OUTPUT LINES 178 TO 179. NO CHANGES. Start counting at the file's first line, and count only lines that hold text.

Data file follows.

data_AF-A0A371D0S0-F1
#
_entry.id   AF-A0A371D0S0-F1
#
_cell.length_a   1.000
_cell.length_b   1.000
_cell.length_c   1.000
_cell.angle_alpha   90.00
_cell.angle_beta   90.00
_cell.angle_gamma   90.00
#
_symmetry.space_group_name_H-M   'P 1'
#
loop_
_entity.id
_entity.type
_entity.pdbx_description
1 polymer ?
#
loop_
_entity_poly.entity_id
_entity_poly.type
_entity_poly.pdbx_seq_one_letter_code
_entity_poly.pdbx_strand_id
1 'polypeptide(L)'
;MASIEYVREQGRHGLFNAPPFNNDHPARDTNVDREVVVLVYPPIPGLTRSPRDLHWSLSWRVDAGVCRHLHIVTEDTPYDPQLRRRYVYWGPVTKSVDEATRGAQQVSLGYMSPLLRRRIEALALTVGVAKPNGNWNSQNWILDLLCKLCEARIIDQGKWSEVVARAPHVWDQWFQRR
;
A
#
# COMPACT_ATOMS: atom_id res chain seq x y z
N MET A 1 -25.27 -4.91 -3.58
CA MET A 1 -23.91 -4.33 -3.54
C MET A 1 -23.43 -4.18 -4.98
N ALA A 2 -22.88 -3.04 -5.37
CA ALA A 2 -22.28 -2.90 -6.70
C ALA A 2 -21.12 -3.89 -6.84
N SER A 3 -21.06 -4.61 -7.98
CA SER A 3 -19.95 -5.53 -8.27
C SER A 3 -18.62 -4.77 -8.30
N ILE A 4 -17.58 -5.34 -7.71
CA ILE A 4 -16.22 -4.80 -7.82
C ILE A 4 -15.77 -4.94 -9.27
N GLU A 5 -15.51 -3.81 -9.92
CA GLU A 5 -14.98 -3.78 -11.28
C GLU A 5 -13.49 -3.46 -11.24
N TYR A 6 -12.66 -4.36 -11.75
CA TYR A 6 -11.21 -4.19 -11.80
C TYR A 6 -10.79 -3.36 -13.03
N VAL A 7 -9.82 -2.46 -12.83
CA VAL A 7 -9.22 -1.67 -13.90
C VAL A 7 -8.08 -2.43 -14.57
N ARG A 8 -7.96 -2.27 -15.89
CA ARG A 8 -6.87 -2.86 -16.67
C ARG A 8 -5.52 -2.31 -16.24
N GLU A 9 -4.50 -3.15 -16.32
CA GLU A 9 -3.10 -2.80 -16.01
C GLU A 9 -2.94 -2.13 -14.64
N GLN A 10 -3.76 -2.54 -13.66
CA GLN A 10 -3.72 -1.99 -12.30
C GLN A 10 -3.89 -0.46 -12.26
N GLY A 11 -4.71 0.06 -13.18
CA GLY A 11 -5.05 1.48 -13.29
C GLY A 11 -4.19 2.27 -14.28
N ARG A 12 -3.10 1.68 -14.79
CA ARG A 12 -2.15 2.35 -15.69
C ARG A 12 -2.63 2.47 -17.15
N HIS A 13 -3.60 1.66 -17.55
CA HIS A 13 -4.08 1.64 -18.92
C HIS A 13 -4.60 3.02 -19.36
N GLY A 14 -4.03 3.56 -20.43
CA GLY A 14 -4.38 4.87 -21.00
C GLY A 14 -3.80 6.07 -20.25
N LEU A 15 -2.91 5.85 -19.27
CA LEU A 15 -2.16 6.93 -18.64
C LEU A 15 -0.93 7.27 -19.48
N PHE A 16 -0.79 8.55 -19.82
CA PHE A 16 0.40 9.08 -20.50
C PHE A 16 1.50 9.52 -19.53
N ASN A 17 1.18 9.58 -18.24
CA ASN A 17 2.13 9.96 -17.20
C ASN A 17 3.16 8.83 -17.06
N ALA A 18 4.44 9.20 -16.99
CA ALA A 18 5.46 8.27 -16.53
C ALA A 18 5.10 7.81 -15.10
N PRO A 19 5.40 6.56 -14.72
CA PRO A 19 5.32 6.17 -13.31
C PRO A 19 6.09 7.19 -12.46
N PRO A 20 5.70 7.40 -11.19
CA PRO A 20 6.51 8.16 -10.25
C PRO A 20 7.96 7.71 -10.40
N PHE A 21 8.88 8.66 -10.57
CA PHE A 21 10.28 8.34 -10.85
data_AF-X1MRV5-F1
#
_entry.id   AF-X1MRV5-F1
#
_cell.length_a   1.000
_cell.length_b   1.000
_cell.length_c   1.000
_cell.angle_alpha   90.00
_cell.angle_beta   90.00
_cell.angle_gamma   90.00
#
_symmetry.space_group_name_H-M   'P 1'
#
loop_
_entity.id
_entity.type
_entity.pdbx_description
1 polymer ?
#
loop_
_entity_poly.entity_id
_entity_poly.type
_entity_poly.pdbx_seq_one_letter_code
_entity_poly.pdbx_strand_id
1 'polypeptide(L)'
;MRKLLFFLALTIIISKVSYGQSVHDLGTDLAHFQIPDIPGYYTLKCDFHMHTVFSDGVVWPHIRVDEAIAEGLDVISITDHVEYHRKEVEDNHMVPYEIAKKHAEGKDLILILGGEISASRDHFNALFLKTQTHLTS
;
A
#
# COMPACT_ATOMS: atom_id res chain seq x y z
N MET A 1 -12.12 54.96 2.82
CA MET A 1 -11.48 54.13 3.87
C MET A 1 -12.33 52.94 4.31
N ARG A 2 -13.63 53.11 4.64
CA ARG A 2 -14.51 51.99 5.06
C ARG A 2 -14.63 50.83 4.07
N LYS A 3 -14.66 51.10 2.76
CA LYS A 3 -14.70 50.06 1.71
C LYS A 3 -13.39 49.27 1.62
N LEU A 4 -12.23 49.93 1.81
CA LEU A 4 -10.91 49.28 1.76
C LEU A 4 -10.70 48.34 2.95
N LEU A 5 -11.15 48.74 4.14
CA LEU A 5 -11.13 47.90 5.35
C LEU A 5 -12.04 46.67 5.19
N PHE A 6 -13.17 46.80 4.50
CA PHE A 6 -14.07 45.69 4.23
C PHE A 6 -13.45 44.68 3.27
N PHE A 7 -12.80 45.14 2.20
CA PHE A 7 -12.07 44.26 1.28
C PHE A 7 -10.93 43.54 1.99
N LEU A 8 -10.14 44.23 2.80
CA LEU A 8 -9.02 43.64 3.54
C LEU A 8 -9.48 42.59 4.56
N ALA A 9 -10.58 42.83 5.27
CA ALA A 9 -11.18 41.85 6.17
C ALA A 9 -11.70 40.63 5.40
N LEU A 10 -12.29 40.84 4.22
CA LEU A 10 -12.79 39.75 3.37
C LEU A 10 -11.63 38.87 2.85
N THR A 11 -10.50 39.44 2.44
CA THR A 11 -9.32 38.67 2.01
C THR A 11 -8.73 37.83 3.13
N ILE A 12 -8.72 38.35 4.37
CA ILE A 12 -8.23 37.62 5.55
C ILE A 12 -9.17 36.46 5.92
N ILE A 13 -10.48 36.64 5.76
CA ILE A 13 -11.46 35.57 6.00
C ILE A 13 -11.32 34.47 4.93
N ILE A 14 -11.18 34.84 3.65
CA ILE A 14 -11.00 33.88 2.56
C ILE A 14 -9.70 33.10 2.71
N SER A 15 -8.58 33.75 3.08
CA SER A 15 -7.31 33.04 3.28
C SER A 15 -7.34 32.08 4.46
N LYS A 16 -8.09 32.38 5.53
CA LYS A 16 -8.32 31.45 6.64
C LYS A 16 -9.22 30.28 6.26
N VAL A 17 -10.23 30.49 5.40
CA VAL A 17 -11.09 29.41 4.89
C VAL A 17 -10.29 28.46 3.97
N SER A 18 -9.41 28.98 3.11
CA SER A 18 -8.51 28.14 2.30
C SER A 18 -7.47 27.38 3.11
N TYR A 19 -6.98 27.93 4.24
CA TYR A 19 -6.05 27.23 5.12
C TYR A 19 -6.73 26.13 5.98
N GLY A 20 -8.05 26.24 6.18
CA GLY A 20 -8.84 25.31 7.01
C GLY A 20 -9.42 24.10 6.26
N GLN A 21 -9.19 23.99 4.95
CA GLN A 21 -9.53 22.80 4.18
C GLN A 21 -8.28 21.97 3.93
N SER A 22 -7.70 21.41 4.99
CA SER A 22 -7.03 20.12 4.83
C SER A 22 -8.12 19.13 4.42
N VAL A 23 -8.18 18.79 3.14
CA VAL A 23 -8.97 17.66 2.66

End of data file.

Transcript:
CA TYR A 19 -6.05 27.23 5.12
C TYR A 19 -6.73 26.13 5.98